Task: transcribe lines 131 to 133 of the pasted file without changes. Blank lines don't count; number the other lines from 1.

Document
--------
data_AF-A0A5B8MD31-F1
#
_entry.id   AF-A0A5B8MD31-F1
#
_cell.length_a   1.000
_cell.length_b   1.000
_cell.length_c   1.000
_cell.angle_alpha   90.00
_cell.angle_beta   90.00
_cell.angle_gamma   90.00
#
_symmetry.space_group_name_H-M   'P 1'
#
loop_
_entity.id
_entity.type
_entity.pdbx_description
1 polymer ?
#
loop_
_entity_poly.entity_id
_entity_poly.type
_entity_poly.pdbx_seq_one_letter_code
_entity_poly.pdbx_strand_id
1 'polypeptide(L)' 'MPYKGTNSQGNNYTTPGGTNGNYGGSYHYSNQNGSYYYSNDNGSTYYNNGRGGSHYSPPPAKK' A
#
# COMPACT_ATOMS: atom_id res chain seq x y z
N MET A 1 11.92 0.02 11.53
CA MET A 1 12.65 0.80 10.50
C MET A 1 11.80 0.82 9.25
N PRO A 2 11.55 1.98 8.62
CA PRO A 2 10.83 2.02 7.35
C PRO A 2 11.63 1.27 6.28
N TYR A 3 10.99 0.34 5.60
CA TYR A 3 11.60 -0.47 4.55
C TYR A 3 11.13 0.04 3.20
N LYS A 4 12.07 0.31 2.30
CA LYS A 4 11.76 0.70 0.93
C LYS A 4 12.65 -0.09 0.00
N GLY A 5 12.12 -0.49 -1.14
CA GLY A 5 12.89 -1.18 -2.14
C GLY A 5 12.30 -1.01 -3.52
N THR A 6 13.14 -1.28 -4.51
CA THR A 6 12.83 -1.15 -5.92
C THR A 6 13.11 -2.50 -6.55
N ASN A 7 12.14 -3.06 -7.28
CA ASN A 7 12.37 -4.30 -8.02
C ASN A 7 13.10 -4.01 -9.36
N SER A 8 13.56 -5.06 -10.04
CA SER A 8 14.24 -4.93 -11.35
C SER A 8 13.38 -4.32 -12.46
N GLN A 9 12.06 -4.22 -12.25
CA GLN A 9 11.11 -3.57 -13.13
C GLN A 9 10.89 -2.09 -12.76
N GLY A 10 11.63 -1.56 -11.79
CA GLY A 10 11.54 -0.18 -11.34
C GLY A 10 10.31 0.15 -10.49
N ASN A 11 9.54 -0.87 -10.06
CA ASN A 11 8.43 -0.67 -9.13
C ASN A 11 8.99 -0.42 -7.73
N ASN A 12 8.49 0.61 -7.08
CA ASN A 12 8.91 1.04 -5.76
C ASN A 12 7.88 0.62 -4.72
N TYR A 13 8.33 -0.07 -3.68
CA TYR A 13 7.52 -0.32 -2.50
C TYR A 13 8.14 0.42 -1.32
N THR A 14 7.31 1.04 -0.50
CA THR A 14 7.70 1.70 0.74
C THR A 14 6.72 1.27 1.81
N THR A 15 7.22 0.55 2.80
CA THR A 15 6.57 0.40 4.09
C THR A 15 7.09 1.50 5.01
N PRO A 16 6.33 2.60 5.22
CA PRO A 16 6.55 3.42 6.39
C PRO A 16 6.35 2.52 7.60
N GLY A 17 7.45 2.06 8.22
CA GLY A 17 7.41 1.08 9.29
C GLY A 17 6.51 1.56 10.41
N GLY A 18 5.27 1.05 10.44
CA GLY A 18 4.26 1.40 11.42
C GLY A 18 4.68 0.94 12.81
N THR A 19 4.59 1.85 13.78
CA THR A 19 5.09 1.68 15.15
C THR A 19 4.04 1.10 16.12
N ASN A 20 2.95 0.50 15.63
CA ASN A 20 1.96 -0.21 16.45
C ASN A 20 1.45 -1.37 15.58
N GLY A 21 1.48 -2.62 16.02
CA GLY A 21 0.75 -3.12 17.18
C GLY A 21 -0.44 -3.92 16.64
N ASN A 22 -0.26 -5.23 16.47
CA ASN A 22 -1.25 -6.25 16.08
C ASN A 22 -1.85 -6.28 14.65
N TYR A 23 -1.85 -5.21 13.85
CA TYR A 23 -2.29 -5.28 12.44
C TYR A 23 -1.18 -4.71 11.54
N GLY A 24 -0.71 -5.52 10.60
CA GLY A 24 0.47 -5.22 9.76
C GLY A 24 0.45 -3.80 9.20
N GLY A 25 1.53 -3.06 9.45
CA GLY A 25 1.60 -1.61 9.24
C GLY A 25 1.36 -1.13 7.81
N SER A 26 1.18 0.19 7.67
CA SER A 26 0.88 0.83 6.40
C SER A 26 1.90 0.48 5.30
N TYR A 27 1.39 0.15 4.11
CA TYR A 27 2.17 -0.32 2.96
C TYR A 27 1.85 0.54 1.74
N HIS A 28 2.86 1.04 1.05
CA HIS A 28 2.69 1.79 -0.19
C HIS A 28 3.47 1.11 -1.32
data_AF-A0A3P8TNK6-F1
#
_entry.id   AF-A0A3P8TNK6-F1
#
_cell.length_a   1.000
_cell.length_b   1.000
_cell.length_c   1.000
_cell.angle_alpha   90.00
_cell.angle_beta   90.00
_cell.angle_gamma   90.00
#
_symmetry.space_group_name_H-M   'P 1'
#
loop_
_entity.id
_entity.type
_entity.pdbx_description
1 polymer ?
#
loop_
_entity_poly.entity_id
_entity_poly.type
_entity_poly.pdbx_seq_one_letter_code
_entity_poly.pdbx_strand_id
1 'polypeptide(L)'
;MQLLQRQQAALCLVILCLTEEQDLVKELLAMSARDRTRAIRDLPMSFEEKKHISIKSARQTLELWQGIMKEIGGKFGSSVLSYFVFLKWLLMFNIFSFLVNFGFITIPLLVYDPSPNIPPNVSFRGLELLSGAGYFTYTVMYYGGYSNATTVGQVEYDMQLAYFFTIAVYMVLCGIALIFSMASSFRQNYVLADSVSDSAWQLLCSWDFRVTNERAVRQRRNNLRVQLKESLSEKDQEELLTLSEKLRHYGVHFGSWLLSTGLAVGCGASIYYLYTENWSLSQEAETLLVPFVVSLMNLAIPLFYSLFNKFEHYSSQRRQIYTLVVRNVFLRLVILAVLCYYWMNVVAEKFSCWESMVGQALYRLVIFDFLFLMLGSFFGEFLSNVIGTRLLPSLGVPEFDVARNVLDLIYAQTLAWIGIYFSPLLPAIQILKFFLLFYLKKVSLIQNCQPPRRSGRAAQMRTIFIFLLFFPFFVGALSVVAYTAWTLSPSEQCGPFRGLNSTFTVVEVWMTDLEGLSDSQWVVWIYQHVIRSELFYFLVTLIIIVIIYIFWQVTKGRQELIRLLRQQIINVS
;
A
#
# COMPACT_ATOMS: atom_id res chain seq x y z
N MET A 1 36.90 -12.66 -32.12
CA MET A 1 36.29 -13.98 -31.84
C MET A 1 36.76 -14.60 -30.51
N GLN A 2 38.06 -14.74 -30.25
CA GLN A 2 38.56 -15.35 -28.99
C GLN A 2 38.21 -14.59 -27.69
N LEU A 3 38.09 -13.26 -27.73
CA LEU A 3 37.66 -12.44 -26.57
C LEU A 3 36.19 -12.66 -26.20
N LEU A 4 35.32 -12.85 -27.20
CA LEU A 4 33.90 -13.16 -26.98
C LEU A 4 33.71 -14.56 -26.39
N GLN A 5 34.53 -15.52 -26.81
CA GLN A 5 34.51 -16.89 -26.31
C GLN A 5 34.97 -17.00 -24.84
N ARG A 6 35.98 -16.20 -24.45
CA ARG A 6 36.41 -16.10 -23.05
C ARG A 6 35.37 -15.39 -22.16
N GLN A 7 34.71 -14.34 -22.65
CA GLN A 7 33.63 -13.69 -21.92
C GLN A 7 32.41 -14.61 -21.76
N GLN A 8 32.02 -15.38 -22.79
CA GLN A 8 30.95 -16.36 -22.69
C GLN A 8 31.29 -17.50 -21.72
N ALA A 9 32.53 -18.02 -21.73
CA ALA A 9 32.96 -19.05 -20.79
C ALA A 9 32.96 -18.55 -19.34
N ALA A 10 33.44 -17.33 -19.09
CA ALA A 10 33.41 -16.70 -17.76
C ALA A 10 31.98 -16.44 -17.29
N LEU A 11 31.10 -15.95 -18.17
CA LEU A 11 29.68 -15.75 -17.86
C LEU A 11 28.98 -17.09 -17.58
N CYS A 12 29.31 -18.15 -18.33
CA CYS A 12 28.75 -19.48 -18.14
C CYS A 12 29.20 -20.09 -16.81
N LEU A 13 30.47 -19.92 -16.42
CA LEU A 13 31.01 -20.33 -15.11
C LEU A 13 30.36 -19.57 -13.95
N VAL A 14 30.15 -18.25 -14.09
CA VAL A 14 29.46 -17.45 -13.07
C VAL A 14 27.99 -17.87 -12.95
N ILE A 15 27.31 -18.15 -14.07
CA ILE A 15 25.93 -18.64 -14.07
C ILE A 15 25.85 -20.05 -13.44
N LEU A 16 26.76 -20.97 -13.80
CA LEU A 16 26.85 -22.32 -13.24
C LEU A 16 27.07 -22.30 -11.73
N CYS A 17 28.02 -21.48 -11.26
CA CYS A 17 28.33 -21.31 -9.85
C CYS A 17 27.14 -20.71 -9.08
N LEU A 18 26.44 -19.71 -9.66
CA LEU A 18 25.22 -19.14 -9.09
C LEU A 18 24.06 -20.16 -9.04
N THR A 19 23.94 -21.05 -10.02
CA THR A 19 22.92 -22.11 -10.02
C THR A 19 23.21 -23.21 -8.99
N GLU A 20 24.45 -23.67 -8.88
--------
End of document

loop_
_entity_poly.entity_id
_entity_poly.type